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SHORT-TERM ART INTERRUPTION HAS LITTLE EFFECT ON LEVELS OF INTEGRATED PROVIRAL DNA
Zachary Strongin1, Radwa Sharaf1, Jake VanBelzen2, Jeffrey Jacobson3, Elizabeth Connick4, Paul Volberding5, Daniel Skiest6, Rajesh T. Gandhi7, Daniel R. Kuritzkes1, Una O'Doherty2, Jonathan Z. Li1
1Brigham and Women's Hospital, Boston, MA, USA,2University of Pennsylvania, Philadelphia, PA, USA,3Temple University, Philadelphia, PA, USA,4University of Arizona, Tucson, AZ, USA,5University of California San Francisco, San Francisco, CA, USA,6Baystate Health, Springfield, MA, USA,7Massachusetts General Hospital, Boston, MA, USA
HIV analytic treatment interruption (ATI) represents the ultimate test to assess strategies aimed at achieving sustained ART-free remission, but questions remain about the effects of ATI on the viral reservoir. We validated a size-selection-based assay for quantifying integrated proviral HIV DNA as a measure of HIV reservoir size and assessed the impact of ATI on reservoir size after ART resumption.
Cryopreserved PBMCs were obtained for 12 participants from previously completed ACTG ATI trials with available samples pre-ATI (T1) and ≥24 weeks after ART resumption (T3). Four participants also had samples available during the ATI (T2). Genomic DNA was separated from episomal DNA by size-selection using the BluePippin pulsed-field gel electrophoresis system and proviral DNA levels quantified by qPCR. Assay validation was first performed by spiking non-integrated HIV DNA into genomic DNA extracted from HIV-uninfected individuals to confirm successful elimination of the episomal HIV fragments. In addition, HIV-infected cell lines and participant samples were used to compare results to the standard Alu-[i]gag[/i] assay.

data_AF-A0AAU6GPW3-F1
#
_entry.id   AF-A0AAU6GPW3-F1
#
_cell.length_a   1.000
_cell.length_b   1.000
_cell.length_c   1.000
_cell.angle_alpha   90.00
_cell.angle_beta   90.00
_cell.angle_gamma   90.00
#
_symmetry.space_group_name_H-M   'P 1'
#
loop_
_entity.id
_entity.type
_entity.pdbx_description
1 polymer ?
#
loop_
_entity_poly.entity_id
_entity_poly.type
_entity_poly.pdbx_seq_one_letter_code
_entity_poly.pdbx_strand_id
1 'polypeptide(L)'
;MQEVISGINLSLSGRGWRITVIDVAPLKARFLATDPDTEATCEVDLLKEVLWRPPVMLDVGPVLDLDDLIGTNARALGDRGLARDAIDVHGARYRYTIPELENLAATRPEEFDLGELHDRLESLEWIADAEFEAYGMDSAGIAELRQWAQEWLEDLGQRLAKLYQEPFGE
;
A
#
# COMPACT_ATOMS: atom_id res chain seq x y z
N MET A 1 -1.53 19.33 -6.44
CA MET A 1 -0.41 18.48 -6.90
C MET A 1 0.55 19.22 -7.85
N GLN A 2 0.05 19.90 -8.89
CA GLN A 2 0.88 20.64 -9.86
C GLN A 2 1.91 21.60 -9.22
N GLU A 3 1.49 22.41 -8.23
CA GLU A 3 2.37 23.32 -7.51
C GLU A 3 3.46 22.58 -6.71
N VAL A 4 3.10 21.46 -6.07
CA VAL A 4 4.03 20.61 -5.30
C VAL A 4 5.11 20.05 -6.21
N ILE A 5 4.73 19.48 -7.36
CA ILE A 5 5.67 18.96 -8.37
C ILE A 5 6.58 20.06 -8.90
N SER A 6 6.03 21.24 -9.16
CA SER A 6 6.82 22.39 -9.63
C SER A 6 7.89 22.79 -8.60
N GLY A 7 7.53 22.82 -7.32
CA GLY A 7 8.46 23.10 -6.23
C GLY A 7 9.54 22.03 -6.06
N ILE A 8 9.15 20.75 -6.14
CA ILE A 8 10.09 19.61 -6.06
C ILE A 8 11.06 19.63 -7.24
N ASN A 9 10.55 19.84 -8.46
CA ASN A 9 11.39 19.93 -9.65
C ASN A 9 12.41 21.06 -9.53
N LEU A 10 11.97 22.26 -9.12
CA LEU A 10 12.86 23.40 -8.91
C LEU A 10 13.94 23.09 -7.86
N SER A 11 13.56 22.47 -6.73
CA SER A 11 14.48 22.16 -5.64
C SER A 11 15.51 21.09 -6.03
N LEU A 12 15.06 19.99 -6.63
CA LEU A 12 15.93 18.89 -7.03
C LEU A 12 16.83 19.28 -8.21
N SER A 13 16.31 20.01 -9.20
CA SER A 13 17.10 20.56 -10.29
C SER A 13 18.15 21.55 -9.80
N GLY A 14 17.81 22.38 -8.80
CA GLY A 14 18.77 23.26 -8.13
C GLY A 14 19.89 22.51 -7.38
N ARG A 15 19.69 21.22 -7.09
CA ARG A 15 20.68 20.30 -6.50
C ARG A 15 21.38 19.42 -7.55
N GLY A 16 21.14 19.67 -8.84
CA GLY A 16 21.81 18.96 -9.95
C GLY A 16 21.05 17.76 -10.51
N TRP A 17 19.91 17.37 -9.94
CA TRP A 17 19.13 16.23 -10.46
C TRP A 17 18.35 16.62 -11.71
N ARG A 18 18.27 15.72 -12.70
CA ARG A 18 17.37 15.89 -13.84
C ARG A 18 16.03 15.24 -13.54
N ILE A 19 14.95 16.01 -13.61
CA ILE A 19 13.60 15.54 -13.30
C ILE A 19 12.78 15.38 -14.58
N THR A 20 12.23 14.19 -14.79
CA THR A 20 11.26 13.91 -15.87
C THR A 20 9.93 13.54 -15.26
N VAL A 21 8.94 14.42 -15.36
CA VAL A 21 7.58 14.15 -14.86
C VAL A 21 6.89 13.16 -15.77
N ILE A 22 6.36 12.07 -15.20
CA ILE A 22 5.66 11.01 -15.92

The size-selection-based proviral DNA assay eliminated 99% of non-integrated HIV DNA species and correlated strongly with the established Alu-gag assay (Spearman r=0.94, P=0.02). The median ATI duration was 12 weeks (range 6-67 weeks). For the majority of individuals, integrated DNA levels increased during ATI (median +94 HIV DNA copies/106 PBMCs) and subsequently declined after ≥24 weeks of ART (median -109 HIV DNA copies/106 PBMCs). There was no significant difference in levels of HIV integrated DNA between the pre- and post-ATI time points. The median ratio of post:pre-ATI (T3:T1) HIV DNA levels was 0.95 (Q1, Q3: 0.8, 1.6). In those with higher HIV DNA levels post-ATI, the increase in proviral DNA levels was generally small, with a median change of 10.9 HIV DNA copies/106 PBMCs (Q1, Q3: 6.9, 19.9 HIV DNA copies/106 PBMCs). There was no significant correlation between duration of ATI and the ratio of post:pre-ATI reservoir size.
We validated a size-selection-based proviral DNA assay that is less sample- and labor-intensive than the currently used assays. Levels of integrated HIV DNA showed minimal change after short-term ATI followed by ART resumption, suggesting that short-term ATI can be conducted without a significant impact on levels of integrated proviral DNA.